Avoid untrusted networks or open networks. Be sure you are not performing sensitive work on an untrusted or open network such as the ones you find in coffee shops or the unsecured one from your neighbor. You never know who may be listening into that traffic. 


If you are working in public, on sensitive data, or sharing the same work area with someone else who may not work the same employer or job, then invest in a privacy screen. This helps avoid unintentional sharing of confidential or private information no matter where you are.


Specifically for the IT Administrator or Security Engineer…


Keep watch on your edge devices. We're talking your firewalls and routers. Depending on how your users are connecting, they can be putting pressure on the performance of your equipment, and all the extra connections may be drowning out your security tools. If your SIEM product limits you in events / sec, you may want to seek a different solution so you don't miss any malicious activity. If your equipment is running high on CPU or memory, you may want to determine if you can reduce the connection requirements until you can upgrade your gear.

Review your remote access strategies. Users who are reliant on VPN or remote firewalls can take significant resources that you may not be able to support long term to maintain performance of your systems. Consider if some of your users can perform their work with limited access or able to connect for a few minutes each day versus a full day. As always, consider your security tools and ensure they can support being disconnected and still receive updates.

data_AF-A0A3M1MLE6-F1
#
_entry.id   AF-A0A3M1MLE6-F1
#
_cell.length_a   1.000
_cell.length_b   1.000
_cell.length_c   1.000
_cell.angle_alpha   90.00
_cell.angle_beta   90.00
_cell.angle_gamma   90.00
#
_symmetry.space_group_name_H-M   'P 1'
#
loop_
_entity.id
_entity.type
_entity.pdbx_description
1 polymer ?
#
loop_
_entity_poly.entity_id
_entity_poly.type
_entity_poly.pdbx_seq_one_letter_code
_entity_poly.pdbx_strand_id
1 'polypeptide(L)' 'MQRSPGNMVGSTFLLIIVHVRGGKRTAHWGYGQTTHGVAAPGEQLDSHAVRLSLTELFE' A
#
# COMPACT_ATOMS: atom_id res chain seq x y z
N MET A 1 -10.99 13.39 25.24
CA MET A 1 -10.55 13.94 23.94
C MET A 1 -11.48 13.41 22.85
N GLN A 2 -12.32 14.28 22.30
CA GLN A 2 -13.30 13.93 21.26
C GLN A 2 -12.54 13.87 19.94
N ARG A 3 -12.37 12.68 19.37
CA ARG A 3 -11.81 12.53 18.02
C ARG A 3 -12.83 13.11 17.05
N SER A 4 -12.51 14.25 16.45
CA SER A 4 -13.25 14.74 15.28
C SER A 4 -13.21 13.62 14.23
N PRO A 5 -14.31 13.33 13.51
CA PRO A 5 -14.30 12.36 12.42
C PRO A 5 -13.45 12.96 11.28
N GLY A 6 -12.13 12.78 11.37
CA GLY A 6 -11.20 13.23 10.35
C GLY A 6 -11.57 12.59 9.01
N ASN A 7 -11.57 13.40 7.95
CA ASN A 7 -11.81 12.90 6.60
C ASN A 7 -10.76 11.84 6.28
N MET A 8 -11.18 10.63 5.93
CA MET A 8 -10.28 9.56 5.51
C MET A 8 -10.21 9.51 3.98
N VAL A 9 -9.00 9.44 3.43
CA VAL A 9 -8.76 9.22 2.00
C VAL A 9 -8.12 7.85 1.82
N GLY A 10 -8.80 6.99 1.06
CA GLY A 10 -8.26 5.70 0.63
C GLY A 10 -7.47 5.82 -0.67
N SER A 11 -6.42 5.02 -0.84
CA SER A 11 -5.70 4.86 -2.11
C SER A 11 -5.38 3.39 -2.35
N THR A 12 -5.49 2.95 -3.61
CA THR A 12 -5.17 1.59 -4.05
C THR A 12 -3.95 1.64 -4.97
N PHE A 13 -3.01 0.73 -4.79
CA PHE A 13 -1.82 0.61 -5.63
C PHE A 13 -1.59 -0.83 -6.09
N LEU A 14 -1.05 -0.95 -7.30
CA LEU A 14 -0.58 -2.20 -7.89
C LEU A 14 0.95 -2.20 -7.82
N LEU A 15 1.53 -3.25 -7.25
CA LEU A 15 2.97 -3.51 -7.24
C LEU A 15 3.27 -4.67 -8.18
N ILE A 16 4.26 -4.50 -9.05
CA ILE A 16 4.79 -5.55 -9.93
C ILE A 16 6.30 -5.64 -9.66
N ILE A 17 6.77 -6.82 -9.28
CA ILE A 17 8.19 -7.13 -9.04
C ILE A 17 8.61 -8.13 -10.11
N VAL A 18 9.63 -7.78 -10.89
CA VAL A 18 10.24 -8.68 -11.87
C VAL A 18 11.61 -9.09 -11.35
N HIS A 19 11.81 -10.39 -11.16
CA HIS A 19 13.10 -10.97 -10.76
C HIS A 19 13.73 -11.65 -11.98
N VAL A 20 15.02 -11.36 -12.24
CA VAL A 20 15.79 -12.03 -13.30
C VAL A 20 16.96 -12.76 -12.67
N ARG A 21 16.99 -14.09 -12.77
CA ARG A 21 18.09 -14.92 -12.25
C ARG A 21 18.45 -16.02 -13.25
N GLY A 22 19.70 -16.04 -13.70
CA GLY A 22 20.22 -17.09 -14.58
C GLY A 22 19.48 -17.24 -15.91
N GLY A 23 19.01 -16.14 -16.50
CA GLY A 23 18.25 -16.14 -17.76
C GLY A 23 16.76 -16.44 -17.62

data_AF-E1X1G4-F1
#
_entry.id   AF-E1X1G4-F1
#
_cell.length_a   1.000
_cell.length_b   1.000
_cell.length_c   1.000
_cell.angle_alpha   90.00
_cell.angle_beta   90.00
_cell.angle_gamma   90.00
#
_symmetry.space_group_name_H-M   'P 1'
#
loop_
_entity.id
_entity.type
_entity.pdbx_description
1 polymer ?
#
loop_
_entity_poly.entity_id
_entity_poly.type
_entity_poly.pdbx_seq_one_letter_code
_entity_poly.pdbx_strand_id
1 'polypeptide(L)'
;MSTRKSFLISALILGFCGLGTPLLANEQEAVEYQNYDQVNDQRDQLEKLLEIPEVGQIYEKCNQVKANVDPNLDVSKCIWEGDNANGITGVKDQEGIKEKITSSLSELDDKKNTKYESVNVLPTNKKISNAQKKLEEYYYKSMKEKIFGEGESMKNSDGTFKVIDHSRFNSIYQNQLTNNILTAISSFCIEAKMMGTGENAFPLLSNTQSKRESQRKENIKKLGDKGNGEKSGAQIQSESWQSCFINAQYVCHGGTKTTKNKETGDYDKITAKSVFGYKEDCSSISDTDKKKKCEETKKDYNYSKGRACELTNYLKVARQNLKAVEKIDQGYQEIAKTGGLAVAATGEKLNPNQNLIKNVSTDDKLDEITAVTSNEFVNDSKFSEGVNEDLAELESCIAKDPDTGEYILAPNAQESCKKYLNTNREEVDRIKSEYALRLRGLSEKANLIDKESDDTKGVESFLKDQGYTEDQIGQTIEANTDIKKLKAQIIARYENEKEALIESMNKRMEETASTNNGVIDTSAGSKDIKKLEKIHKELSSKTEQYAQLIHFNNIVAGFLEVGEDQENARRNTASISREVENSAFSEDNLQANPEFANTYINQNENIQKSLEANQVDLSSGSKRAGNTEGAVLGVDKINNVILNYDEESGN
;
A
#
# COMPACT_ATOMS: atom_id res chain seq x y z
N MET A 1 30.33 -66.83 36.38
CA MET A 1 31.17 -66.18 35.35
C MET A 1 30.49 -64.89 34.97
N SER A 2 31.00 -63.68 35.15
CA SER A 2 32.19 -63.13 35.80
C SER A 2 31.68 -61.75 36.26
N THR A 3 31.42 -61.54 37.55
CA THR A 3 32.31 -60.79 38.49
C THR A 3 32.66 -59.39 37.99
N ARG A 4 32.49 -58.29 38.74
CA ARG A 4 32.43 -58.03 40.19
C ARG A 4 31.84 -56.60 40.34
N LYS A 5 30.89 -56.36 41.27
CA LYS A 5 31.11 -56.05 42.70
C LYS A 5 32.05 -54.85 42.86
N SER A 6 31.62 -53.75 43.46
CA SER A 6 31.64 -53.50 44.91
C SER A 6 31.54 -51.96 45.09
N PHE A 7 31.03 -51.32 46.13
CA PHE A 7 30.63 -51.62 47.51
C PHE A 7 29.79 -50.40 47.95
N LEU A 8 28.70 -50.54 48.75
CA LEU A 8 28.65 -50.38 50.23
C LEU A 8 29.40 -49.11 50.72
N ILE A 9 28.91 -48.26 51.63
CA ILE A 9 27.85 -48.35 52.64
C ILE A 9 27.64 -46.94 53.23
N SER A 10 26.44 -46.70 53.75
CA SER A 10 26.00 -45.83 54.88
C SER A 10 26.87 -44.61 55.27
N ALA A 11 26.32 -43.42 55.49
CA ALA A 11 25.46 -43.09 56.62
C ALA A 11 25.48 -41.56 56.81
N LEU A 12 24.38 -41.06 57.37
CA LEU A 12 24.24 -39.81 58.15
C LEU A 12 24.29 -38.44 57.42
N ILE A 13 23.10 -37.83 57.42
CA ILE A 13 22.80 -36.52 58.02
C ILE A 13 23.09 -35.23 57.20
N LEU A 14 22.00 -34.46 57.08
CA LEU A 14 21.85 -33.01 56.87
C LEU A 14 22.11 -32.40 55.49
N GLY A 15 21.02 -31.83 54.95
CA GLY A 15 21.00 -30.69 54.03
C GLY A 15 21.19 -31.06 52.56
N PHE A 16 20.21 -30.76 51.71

Limiting those who have to be connected their entire work day can help reduce any performance impact but can also reduce your risk of malware propagation in cases where employees are connecting non-reviewed or unprotected devices.

Consider the Queries. What I mean by this, is how is DNS being handled on your remote worker's devices? Whether they are using their own or a corporate device, if it does not auto-connect to VPN services, it may be a good idea to deploy new DNS settings to help avoid users accidently accessing malicious websites. There are both paid and free services that do this. Providers like Google DNS and Quad9 can provide some layer of protection. If you have a security solution that offers web filtering, use this as well for a more multi-layered approach to your protection.

Jared Spataro, CVP for Microsoft 365 also recently wrote the Top 9 ways Microsoft IT is enabling remote work for its employees, which also has some good points, some of which align with what I mentioned. Check that out here:


Ann Johnson, CVP for the Cybersecurity Solutions Group in Microsoft also wrote some guidance for those who are CISOs or directors which I also recommend as great reading for senior IT level and directors:


So what are your thoughts? Anything you'd do different? Any security challenges you've found since increasing WFH as a frontline worker, knowledge worker, or IT professional? Sound off!

1 Reply

Really great guidance here @Christopher Clai! Invite everyone to share anything else that end users or IT admins should be looking for as security risks and flaws.